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Need of Epxert Advice. New Comp

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December 30, 2007 2:34:02 PM

[cpp]I am trying to put together a few nice Comps for me and 2 friends. My technological
intelligence is however outdated to say the least. So i was wondering if someone around these parts would have the heart and time to lend me a few minutes of their precious time and grace me with their insight. What im asking is basicly what parts should i get to build a decent gaming PC. Id like some nice stuff, but at a affordable price.

Currently ive bought 3xAsus En8800gt Top cards so that takes care of the GPU


Cpu Was thinking e6850 Core Duo, Maybe q6600? or Maybe AMD6400+?


Mainboard Considering Asus P5N32-E SLI AiLifestyle Series but maybe there are
some better cards for the same price or cheaper? Maybe x38?


PSU I have no clue here TBH, been reading up on several reviews, and so
far my conclusion is a OCZ GameXtream 600w should be able to run my
rig even if i decide to slap another 8800gt in there (appearently they dont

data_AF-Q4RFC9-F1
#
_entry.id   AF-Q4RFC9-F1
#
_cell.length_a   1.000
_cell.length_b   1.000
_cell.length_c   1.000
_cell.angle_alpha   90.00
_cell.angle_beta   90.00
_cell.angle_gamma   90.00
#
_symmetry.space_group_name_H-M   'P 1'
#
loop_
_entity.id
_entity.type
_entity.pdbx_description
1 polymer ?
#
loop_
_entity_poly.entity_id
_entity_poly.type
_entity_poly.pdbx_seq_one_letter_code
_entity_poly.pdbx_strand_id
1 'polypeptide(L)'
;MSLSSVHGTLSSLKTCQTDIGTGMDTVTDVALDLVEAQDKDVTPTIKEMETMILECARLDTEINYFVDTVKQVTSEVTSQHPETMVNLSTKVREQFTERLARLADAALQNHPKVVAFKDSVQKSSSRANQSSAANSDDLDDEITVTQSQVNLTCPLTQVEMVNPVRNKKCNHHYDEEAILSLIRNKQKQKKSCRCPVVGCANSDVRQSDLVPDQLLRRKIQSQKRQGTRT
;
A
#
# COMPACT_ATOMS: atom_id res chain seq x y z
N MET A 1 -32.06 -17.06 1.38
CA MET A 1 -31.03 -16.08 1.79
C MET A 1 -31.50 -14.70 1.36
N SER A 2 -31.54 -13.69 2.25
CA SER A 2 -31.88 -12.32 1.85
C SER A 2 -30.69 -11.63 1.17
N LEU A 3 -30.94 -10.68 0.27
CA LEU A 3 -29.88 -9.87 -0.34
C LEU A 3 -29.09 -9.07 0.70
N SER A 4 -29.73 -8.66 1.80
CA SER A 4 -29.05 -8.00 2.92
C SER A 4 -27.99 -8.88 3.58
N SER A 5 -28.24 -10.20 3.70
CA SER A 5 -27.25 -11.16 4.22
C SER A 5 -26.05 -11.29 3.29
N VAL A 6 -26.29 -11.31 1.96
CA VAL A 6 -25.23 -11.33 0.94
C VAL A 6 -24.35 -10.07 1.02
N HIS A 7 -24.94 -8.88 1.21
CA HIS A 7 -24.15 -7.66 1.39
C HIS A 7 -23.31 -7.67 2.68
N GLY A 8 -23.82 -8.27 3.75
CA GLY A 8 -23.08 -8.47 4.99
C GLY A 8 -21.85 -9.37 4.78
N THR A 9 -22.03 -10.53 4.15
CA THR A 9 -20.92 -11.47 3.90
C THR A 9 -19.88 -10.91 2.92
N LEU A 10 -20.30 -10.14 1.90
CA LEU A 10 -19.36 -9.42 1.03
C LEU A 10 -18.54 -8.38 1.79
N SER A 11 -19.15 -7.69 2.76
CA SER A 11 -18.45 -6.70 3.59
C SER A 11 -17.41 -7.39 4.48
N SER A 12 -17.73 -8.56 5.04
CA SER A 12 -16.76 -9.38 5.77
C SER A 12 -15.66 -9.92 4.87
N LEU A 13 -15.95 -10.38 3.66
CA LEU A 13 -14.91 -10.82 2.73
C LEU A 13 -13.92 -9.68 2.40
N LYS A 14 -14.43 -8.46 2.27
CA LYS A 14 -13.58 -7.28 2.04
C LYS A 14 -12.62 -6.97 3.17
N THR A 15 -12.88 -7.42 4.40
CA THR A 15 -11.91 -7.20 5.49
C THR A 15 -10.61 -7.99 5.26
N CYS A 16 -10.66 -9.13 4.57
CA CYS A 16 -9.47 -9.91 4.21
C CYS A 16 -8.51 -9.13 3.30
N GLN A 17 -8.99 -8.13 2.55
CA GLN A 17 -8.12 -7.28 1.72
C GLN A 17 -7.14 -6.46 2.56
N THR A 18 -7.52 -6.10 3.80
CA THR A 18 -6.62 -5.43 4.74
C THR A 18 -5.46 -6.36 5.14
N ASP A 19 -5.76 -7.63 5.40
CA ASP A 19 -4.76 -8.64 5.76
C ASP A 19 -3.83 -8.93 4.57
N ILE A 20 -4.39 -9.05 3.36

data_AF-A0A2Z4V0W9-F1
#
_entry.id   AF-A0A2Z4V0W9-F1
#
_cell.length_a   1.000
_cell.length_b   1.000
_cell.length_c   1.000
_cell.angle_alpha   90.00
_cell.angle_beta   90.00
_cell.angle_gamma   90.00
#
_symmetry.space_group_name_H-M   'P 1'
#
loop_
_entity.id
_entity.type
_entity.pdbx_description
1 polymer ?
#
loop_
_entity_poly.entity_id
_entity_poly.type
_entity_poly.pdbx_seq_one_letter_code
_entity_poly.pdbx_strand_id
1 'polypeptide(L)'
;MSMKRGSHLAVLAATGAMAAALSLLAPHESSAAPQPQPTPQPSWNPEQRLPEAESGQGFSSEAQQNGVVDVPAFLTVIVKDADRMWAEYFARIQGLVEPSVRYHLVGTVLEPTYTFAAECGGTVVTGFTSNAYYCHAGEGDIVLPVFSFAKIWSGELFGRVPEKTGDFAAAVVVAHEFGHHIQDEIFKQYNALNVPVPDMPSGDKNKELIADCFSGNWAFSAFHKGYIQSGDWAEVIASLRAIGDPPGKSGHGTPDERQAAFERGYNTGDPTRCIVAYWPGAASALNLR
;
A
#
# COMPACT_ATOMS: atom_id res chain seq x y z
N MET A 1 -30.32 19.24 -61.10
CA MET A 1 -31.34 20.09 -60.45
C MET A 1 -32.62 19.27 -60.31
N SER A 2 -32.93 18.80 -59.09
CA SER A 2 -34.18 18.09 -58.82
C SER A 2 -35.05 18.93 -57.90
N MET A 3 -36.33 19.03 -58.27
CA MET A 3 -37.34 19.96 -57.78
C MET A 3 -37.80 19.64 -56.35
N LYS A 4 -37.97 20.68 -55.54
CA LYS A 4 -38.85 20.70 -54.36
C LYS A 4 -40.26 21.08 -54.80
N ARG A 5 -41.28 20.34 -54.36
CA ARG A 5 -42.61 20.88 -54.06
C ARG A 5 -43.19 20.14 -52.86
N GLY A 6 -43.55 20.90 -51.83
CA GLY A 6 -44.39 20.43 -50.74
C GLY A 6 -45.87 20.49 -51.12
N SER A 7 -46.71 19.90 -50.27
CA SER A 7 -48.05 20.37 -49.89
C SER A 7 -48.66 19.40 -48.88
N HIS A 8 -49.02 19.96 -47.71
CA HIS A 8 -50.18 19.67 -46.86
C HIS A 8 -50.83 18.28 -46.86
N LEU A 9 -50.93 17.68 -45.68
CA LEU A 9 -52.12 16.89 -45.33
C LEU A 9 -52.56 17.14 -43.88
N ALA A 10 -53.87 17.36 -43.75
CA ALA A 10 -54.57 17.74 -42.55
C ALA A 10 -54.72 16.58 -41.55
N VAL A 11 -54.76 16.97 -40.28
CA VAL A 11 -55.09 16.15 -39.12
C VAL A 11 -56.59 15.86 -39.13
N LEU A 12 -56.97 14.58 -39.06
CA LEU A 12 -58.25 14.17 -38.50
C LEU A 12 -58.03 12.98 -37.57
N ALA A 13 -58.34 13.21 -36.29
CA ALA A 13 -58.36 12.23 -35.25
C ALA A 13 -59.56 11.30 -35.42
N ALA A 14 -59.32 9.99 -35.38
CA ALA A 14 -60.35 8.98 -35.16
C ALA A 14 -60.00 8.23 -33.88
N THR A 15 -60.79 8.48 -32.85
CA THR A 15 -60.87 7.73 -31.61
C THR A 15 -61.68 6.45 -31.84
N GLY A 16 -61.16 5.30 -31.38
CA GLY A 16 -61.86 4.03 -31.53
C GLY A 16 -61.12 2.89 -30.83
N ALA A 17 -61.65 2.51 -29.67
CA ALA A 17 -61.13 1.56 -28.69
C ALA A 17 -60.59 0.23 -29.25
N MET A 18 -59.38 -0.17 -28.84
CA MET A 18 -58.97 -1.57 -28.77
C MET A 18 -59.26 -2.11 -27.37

burn alot of power) but please correct me if im wrong


Case A standard v54 turbine from Point of View


Ram OCZ SLI-Ready Edition Dual Channel pc6400 cl5800mhz Or maybe the
reaper edition of the pc6400 from ocz *CL4*


Cooler Asus Silent Knight II

Any input would be greatly appreciated, as i am completely lost in all these new parts brands and names. I have a love for Asus products cause they have always worked for me in the past and to me equates quality. If this has changed the last couple of years, dont feel bad to burst my bubble.

What would a good AMD setup be? would i be dissapointed? The overall budget is around 1000 give or take a few 100. but a lower cost system with on par perfomance would not be scowled upon Bo)


Thanks in advance.

Yours sincerely
Rune Hansen

More about : epxert advice comp

December 30, 2007 2:38:06 PM

Well first you need to decide if you or your friends will go or NEED SLI.

Once you tell me that I can help

Edit: And Your budgets
December 30, 2007 2:43:31 PM

We wont be doing SLI off the bat, but i think its nice to have the option open for later? or is it overkill?
The budget is around 700-1200$ per machine. Ive already bought the GPUs
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December 30, 2007 2:48:20 PM